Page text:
Once you have that cut out (as in B), you are ready to draw out the coin door cutout. Scott bought the Happ Over/Under Coin Door (see left) so we hit Happ's site for the cutout diagram. In case the link changes, I have included the important information to the right.
Without going into too much detail, I essentially centered the cutout on the door face. Picture D shows it all drawn out, with plenty of guidelines. I then used a 5/8" spade bit (you could use any bit large enough) at each corner so I could get the jigsaw blade through the panel (see E). I then cut out the hole with the jigsaw, taking my time to stay on the line. Be careful with the rounded corners. Keep your cut to the inside of the curve or else you may leave a cut that is visible from outside the door.
Now is the moment of truth. Place the coin door into the hole and hope it fits properly. As it happened, one corner was not rounded enough and you could see daylight through it when the coin door was in place. Hence, the note at the end of the previous paragraph. However, because the cutout was centered, I tried flipping it around. That worked and the fit was perfect. Whew!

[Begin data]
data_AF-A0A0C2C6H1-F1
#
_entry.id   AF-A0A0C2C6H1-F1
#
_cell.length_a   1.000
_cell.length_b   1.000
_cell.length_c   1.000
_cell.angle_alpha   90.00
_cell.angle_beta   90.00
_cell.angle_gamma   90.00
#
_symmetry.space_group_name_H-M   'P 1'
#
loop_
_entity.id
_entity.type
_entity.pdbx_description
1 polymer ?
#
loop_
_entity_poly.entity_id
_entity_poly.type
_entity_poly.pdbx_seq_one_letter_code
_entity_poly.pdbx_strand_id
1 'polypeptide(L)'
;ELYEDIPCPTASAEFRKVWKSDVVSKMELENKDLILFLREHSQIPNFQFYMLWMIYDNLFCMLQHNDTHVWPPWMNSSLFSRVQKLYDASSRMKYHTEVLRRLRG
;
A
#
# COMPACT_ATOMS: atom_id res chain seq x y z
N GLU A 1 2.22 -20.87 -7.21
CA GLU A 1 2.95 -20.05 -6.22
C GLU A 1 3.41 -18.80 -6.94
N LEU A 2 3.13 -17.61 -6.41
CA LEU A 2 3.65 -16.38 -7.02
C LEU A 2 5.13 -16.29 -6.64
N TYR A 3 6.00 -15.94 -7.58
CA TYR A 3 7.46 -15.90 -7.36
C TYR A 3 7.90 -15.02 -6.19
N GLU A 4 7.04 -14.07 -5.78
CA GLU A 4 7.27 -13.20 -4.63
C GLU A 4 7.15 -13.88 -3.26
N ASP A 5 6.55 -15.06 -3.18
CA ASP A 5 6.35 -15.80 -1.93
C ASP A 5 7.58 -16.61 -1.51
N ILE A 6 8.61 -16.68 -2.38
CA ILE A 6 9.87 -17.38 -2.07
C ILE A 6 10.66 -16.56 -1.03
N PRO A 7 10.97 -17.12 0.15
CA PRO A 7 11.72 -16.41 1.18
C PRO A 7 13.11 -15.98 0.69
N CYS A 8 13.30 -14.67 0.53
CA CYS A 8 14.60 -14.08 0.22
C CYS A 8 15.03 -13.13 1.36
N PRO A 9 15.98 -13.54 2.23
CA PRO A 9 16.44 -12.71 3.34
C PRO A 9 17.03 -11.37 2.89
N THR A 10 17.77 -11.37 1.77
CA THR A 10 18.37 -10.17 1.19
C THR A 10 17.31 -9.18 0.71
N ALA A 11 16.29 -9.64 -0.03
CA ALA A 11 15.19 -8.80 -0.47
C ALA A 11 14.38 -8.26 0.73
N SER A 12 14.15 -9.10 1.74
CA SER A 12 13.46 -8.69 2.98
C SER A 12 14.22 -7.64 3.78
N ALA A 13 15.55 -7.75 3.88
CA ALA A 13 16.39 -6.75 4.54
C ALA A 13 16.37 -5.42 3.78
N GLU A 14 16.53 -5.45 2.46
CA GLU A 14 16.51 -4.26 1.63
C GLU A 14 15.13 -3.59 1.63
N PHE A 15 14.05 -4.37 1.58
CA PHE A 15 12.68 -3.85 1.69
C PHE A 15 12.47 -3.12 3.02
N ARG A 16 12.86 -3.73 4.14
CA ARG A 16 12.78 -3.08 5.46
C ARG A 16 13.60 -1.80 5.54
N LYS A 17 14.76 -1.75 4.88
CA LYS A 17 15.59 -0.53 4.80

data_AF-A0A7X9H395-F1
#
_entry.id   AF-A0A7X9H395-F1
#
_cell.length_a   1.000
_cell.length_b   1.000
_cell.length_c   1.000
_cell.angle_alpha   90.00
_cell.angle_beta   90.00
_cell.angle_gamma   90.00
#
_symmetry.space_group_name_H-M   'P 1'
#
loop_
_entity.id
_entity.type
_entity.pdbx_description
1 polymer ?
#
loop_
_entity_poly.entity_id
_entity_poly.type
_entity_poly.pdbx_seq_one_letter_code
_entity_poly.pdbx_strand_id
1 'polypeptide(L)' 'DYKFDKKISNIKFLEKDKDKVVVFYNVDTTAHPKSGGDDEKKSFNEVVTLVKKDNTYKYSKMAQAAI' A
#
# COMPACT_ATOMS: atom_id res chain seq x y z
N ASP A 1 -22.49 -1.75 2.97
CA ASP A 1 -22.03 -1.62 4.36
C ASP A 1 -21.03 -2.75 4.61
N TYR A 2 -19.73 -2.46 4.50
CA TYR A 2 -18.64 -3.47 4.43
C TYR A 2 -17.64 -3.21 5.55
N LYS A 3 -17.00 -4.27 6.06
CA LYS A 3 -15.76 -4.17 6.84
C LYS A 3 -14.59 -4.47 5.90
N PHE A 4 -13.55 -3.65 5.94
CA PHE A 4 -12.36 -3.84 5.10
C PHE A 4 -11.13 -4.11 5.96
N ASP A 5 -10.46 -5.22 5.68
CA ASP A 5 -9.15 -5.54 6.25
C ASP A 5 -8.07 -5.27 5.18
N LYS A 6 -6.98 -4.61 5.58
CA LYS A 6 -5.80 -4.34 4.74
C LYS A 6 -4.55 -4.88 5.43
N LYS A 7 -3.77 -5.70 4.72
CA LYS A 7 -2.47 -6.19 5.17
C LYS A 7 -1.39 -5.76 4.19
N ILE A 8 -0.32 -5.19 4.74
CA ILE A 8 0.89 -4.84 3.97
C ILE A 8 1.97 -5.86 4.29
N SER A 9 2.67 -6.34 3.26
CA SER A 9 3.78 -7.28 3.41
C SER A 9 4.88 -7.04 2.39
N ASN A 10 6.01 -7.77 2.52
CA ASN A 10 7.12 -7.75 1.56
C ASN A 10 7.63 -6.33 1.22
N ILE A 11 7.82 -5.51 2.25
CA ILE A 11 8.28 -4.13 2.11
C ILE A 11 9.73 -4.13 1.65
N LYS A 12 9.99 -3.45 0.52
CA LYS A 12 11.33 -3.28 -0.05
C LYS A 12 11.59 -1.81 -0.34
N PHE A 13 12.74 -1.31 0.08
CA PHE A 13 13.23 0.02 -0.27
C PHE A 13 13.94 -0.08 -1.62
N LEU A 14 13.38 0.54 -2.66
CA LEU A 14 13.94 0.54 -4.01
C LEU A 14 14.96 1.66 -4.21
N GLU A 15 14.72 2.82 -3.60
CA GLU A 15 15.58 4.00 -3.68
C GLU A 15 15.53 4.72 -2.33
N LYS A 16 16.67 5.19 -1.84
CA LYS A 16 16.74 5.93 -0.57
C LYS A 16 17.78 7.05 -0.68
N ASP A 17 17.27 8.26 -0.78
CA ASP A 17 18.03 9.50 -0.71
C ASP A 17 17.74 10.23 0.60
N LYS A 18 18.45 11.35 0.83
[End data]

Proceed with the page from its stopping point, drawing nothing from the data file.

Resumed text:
Stand the door up and admire your work. Mounting
the door and installing the door lock will have to wait until the
cabinet has been painted and assembled.
Additional info: The coin door that Scott purchased came standard with yellow coin reject buttons on it. Yellow did not fit Scott's cabinet design so we ordered two replacement buttons in blue. They are part #42-0517-02 Blue reject button assembly on Happ's site. In addition, Scott is going to use tokens, not quarters, to plug the machine with. Therefore, he designed
some custom "push to reject" art for them. He designed them as 1 inch tall by 3/4" wide to fit perfectly. Scott has graciously provided them for your use below.
The next page revisits the speaker area where we will cut out the speaker holes.